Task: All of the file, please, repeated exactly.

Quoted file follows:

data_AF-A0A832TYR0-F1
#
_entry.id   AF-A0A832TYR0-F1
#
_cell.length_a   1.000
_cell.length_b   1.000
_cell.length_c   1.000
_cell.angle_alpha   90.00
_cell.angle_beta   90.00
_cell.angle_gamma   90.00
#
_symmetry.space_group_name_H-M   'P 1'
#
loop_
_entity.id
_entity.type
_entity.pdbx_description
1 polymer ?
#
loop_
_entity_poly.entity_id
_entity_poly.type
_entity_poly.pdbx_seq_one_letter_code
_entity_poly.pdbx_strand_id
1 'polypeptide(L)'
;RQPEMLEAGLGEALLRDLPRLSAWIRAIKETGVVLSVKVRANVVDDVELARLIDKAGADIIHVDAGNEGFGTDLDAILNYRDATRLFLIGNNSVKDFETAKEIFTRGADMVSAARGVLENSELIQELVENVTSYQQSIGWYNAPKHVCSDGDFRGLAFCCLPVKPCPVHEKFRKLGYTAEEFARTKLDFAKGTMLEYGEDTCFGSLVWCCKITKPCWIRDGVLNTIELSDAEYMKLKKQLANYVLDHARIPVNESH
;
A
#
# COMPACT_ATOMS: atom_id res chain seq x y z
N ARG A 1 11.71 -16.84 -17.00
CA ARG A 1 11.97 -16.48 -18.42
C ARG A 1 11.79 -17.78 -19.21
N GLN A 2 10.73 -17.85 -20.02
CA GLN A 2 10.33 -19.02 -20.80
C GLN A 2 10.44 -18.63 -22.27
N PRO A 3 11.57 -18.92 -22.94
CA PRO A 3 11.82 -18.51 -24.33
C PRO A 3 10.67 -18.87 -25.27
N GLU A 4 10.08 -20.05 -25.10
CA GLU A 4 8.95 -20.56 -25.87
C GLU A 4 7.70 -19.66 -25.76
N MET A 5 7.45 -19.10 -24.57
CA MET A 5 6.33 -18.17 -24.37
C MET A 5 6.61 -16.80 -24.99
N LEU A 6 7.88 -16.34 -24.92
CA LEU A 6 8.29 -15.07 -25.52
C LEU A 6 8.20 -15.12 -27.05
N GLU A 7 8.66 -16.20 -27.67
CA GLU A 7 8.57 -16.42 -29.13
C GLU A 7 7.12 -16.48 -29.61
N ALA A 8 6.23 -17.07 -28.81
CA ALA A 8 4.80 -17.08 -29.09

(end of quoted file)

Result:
data_AF-A0A832TYR0-F1
#
_entry.id   AF-A0A832TYR0-F1
#
_cell.length_a   1.000
_cell.length_b   1.000
_cell.length_c   1.000
_cell.angle_alpha   90.00
_cell.angle_beta   90.00
_cell.angle_gamma   90.00
#
_symmetry.space_group_name_H-M   'P 1'
#
loop_
_entity.id
_entity.type
_entity.pdbx_description
1 polymer ?
#
loop_
_entity_poly.entity_id
_entity_poly.type
_entity_poly.pdbx_seq_one_letter_code
_entity_poly.pdbx_strand_id
1 'polypeptide(L)'
;RQPEMLEAGLGEALLRDLPRLSAWIRAIKETGVVLSVKVRANVVDDVELARLIDKAGADIIHVDAGNEGFGTDLDAILNYRDATRLFLIGNNSVKDFETAKEIFTRGADMVSAARGVLENSELIQELVENVTSYQQSIGWYNAPKHVCSDGDFRGLAFCCLPVKPCPVHEKFRKLGYTAEEFARTKLDFAKGTMLEYGEDTCFGSLVWCCKITKPCWIRDGVLNTIELSDAEYMKLKKQLANYVLDHARIPVNESH
;
A
#
# COMPACT_ATOMS: atom_id res chain seq x y z
N ARG A 1 11.71 -16.84 -17.00
CA ARG A 1 11.97 -16.48 -18.42
C ARG A 1 11.79 -17.78 -19.21
N GLN A 2 10.73 -17.85 -20.02
CA GLN A 2 10.33 -19.02 -20.80
C GLN A 2 10.44 -18.63 -22.27
N PRO A 3 11.57 -18.92 -22.94
CA PRO A 3 11.82 -18.51 -24.33
C PRO A 3 10.67 -18.87 -25.27
N GLU A 4 10.08 -20.05 -25.10
CA GLU A 4 8.95 -20.56 -25.87
C GLU A 4 7.70 -19.66 -25.76
N MET A 5 7.45 -19.10 -24.57
CA MET A 5 6.33 -18.17 -24.37
C MET A 5 6.61 -16.80 -24.99
N LEU A 6 7.88 -16.34 -24.92
CA LEU A 6 8.29 -15.07 -25.52
C LEU A 6 8.20 -15.12 -27.05
N GLU A 7 8.66 -16.20 -27.67
CA GLU A 7 8.57 -16.42 -29.13
C GLU A 7 7.12 -16.48 -29.61
N ALA A 8 6.23 -17.07 -28.81
CA ALA A 8 4.80 -17.08 -29.09